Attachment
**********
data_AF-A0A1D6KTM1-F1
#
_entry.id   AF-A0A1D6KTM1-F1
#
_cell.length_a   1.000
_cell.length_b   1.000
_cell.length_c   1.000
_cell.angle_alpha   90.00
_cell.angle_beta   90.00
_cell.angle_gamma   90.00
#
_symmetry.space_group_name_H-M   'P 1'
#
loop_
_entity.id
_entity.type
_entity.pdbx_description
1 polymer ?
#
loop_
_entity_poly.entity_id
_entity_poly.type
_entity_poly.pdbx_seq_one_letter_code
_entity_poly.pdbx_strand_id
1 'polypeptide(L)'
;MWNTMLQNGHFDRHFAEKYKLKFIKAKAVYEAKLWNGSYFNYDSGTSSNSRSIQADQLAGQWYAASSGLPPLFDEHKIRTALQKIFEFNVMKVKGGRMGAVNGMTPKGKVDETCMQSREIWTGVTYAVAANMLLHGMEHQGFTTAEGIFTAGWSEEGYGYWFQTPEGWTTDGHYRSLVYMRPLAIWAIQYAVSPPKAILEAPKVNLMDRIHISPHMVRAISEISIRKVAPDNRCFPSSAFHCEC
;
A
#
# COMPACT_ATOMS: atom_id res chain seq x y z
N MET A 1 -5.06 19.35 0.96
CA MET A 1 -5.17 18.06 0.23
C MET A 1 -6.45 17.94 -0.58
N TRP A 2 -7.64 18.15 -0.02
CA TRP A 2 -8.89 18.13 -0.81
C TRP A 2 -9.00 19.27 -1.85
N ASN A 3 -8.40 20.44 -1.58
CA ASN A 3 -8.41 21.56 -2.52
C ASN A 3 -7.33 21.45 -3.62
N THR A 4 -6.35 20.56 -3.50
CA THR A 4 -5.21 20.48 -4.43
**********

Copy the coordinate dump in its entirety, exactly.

data_AF-A0A1D6KTM1-F1
#
_entry.id   AF-A0A1D6KTM1-F1
#
_cell.length_a   1.000
_cell.length_b   1.000
_cell.length_c   1.000
_cell.angle_alpha   90.00
_cell.angle_beta   90.00
_cell.angle_gamma   90.00
#
_symmetry.space_group_name_H-M   'P 1'
#
loop_
_entity.id
_entity.type
_entity.pdbx_description
1 polymer ?
#
loop_
_entity_poly.entity_id
_entity_poly.type
_entity_poly.pdbx_seq_one_letter_code
_entity_poly.pdbx_strand_id
1 'polypeptide(L)'
;MWNTMLQNGHFDRHFAEKYKLKFIKAKAVYEAKLWNGSYFNYDSGTSSNSRSIQADQLAGQWYAASSGLPPLFDEHKIRTALQKIFEFNVMKVKGGRMGAVNGMTPKGKVDETCMQSREIWTGVTYAVAANMLLHGMEHQGFTTAEGIFTAGWSEEGYGYWFQTPEGWTTDGHYRSLVYMRPLAIWAIQYAVSPPKAILEAPKVNLMDRIHISPHMVRAISEISIRKVAPDNRCFPSSAFHCEC
;
A
#
# COMPACT_ATOMS: atom_id res chain seq x y z
N MET A 1 -5.06 19.35 0.96
CA MET A 1 -5.17 18.06 0.23
C MET A 1 -6.45 17.94 -0.58
N TRP A 2 -7.64 18.15 -0.02
CA TRP A 2 -8.89 18.13 -0.81
C TRP A 2 -9.00 19.27 -1.85
N ASN A 3 -8.40 20.44 -1.58
CA ASN A 3 -8.41 21.56 -2.52
C ASN A 3 -7.33 21.45 -3.62
N THR A 4 -6.35 20.56 -3.50
CA THR A 4 -5.21 20.48 -4.43